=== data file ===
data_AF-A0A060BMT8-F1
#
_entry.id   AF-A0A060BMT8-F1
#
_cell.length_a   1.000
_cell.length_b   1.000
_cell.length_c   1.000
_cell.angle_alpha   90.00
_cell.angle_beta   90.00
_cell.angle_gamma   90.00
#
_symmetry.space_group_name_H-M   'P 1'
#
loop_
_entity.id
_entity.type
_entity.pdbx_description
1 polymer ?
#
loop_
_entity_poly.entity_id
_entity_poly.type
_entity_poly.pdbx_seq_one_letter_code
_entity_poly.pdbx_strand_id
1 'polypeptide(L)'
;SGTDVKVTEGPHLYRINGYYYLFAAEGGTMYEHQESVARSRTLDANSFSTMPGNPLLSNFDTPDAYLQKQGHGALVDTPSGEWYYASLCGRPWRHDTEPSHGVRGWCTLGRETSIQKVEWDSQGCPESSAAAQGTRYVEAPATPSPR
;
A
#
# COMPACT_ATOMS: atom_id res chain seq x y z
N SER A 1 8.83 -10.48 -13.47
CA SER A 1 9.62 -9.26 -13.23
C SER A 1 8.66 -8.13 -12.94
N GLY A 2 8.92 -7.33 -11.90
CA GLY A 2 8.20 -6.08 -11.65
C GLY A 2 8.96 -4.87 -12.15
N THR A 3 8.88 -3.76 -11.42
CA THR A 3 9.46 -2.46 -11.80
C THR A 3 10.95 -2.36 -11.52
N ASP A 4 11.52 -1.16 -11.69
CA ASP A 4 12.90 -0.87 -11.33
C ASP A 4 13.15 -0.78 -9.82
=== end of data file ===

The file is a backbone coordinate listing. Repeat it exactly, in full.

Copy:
data_AF-A0A060BMT8-F1
#
_entry.id   AF-A0A060BMT8-F1
#
_cell.length_a   1.000
_cell.length_b   1.000
_cell.length_c   1.000
_cell.angle_alpha   90.00
_cell.angle_beta   90.00
_cell.angle_gamma   90.00
#
_symmetry.space_group_name_H-M   'P 1'
#
loop_
_entity.id
_entity.type
_entity.pdbx_description
1 polymer ?
#
loop_
_entity_poly.entity_id
_entity_poly.type
_entity_poly.pdbx_seq_one_letter_code
_entity_poly.pdbx_strand_id
1 'polypeptide(L)'
;SGTDVKVTEGPHLYRINGYYYLFAAEGGTMYEHQESVARSRTLDANSFSTMPGNPLLSNFDTPDAYLQKQGHGALVDTPSGEWYYASLCGRPWRHDTEPSHGVRGWCTLGRETSIQKVEWDSQGCPESSAAAQGTRYVEAPATPSPR
;
A
#
# COMPACT_ATOMS: atom_id res chain seq x y z
N SER A 1 8.83 -10.48 -13.47
CA SER A 1 9.62 -9.26 -13.23
C SER A 1 8.66 -8.13 -12.94
N GLY A 2 8.92 -7.33 -11.90
CA GLY A 2 8.20 -6.08 -11.65
C GLY A 2 8.96 -4.87 -12.15
N THR A 3 8.88 -3.76 -11.42
CA THR A 3 9.46 -2.46 -11.80
C THR A 3 10.95 -2.36 -11.52
N ASP A 4 11.52 -1.16 -11.69
CA ASP A 4 12.90 -0.87 -11.33
C ASP A 4 13.15 -0.78 -9.82